With New Orleans waiting in trepadation for Hurricane Isaac, in Los Angeles residents are preparing for the advent of the Santa Ana winds that blow throughout autumn and winter: they occur on the leeward slope of a mountain range and, although the air begins as a cold mass, the wind is warmed as it comes down the mountain and appears finally as a hot dry wind.
This type of wind occurs throughout the world with some evocative names such as the Chinook in the eastern Rockies, the Halny in the Carparthian mountains in central Europe, the Bergwind in South Africa, the Zonda in Argentina and more besides.
The effect of these winds on humans can be disturbing and dangerous,with famed LA thriller writer, Raymond Chandler, suggesting that the winds were the cause of many a fight.
Another famous LA writer, Joan Didion, described the feeling of foreboding in an essay ‘The Santa Ana’: ‘There is something uneasy in the Los Angeles air this afternoon, some unnatural stillness, some tension. What it means is that tonight a Santa Ana will begin to blow, a hot wind from the northeast whining down through the Cajon and San Gorgonio Passes, blowing up sand storms out along Route 66, drying the hills and the nerves to flash point.
For a few days now we will see smoke back in the canyons, and hear sirens in the night. I have neither heard nor read that a Santa Ana is due, but I know it, and almost everyone I have seen today knows it too. “On nights like that,” Raymond Chandler once wrote about the Santa Ana, “every booze party ends in a fight. Meek little wives feel the edge of the carving knife and study their husbands’ necks. Anything can happen.”
The Santa Ana, which is named for one of the canyons it rushers through, is a foehn wind, like the Foehn of Austria and Switzerland and the Hamsin of Israel. There are a number of persistent malevolent winds, perhaps the best known of which are the Mistral of France and the Mediterranean Sirocco, but a foehn wind has distinct characteristics . . . . . . . whenever and wherever a foehn blows, doctors hear about headaches and nausea and allergies, about “nervousness,” about “depression.”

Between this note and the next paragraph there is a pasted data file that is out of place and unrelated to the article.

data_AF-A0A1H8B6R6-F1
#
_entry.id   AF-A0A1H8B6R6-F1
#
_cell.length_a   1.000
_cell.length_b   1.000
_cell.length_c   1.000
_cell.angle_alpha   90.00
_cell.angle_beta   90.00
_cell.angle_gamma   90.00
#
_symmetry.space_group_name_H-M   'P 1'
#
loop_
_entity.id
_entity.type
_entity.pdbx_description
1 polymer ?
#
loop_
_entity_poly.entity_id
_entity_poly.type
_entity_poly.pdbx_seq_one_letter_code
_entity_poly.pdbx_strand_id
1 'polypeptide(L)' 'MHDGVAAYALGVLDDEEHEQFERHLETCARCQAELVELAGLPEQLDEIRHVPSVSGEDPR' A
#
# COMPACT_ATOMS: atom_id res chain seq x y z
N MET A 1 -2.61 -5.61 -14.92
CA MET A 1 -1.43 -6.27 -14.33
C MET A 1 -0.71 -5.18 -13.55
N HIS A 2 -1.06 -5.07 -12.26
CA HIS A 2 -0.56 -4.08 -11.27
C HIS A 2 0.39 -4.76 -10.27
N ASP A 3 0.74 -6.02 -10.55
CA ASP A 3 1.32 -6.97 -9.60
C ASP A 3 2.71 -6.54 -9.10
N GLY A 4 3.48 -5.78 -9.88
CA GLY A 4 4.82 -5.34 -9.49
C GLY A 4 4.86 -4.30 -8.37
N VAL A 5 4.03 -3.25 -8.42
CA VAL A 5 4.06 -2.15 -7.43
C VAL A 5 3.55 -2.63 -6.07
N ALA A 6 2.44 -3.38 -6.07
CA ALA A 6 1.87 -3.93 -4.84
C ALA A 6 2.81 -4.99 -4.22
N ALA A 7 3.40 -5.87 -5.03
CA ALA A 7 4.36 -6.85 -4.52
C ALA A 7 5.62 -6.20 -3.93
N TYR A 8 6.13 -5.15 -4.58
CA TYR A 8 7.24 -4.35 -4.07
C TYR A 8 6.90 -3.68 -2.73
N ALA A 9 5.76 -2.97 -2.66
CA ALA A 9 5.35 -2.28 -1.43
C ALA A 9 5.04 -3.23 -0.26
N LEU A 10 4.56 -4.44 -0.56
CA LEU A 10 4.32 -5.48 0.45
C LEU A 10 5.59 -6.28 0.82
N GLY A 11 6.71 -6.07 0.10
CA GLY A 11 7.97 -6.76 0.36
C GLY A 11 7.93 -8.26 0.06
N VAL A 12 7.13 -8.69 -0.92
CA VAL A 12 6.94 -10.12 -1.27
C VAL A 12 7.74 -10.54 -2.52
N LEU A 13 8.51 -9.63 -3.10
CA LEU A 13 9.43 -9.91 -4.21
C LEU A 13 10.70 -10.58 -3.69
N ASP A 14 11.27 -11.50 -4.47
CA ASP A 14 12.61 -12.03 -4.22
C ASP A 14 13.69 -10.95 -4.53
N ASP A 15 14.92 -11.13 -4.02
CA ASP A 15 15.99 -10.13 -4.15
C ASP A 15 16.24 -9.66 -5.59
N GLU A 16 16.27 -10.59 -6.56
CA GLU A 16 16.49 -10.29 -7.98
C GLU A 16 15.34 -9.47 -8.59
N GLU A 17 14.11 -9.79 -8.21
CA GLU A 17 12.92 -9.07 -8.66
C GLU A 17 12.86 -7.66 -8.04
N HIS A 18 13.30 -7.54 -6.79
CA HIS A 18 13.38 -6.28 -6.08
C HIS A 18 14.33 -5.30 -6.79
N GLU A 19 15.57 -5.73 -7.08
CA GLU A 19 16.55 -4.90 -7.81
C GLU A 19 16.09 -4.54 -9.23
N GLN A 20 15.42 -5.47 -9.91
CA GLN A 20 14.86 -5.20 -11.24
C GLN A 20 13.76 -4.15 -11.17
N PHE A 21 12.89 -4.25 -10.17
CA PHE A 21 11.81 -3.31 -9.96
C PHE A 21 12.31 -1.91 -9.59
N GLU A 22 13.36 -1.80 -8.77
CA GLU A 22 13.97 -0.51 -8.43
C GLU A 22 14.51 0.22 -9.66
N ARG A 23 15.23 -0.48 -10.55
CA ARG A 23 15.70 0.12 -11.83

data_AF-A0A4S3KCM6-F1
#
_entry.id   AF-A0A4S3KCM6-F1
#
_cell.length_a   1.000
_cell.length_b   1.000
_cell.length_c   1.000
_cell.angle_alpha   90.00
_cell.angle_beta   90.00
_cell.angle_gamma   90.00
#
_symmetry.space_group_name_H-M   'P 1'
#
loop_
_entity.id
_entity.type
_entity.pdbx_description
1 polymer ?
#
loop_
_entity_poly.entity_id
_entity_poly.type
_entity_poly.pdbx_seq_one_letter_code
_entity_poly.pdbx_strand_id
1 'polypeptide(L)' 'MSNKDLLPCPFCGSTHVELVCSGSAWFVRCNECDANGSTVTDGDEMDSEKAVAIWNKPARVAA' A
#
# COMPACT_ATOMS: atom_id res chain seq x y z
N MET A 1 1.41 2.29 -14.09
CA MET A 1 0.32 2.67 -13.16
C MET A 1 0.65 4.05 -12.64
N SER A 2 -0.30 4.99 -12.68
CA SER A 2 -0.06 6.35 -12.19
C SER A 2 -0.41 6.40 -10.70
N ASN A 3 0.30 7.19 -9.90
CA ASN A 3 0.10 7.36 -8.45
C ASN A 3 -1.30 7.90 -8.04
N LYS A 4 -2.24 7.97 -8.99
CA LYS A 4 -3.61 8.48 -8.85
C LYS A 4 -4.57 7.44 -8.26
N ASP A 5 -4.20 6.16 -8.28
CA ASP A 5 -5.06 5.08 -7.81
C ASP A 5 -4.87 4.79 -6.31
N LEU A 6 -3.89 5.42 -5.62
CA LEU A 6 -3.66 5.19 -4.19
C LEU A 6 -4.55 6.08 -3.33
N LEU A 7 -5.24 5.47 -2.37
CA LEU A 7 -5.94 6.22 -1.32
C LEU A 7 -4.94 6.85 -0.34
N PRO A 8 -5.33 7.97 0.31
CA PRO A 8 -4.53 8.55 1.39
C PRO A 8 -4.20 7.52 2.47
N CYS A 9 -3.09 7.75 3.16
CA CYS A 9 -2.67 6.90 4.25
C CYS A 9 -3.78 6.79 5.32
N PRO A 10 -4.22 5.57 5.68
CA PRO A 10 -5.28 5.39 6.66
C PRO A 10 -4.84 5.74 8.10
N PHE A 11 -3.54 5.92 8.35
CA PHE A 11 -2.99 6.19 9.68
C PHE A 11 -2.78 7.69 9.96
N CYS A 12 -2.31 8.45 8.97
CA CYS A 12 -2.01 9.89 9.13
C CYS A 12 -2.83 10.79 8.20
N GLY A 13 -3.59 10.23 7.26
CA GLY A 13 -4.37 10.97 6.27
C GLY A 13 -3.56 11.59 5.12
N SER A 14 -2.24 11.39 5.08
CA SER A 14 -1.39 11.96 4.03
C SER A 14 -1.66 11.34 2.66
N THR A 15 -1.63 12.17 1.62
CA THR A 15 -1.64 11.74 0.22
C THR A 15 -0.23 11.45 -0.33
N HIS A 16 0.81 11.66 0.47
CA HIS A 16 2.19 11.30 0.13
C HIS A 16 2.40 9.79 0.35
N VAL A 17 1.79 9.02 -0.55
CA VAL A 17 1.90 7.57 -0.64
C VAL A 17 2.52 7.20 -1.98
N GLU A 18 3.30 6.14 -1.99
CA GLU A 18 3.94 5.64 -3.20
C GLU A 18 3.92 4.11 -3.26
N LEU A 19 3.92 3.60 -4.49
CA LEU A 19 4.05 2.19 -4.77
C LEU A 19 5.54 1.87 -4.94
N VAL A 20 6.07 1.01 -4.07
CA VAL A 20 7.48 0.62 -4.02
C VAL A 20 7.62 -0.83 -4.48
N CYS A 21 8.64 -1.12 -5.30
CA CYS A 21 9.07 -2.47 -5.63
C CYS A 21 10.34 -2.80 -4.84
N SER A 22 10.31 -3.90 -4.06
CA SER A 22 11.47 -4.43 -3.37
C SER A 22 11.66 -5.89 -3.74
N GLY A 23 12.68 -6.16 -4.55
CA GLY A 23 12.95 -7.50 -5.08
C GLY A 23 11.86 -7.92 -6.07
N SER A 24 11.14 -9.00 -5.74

In Switzerland the suicide-rate goes up during the Foehn, and in the courts of some Swiss cantons the wind is considered a mitigating circumstance for crime. Surgeons are said to watch the wind, because blood does not clot normally during a Foehn. A few years ago an Israeli physicist discovered that not only during such winds, but for the ten or twelve hours which precede them, the air carries an unusually high ratio of positive to negative ions. No one seems to know exactly why that should be; some talk about friction and others suggest solar disturbances. In any case the positive ions are there, and what an excess of positive ions does, in the simplest terms, is make people unhappy. One cannot get much more mechanistic than that.
Easterners commonly complain that there is no “weather” at all in southern California, that the days and the seasons slip by relentlessly, numbingly bland. That is quite misleading. In fact the climate is characterized by infrequent but violent extremes: two periods of torrential subtropical rains which continue for weeks and wash out the hills and send subdivisions sliding toward the sea; about twenty scattered days a year of the Santa Ana, which, with its incendiary dryness, invariably means fire.
It is hard for people who have not lived in Los Angeles to realize how radically the Santa Ana figures in the local imagination. The city burning is Los Angeles’s deepest image of itself. Nathaniel West perceived that, in The Day of the Locust, and at the time of the 1965 Watts riots what struck the imagination most indelibly were the fires. For days one could drive the Harbor Freeway and see the city on fire, just as we had always known it would be in the end.
Los Angeles weather is the weather of catastrophe, of apocalypse, and, just as the reliably long and bitter winters of New England determine the way life is lived there, so the violence and the unpredictability of the Santa Ana affect the entire quality of life in Los Angeles, accentuate its impermanence, its unreliability. The winds shows us how close to the edge we are.’ (From the essay, ‘The Santa Ana’, contained in a collection titled Slouching Towards Bethlehem, first published in 1968).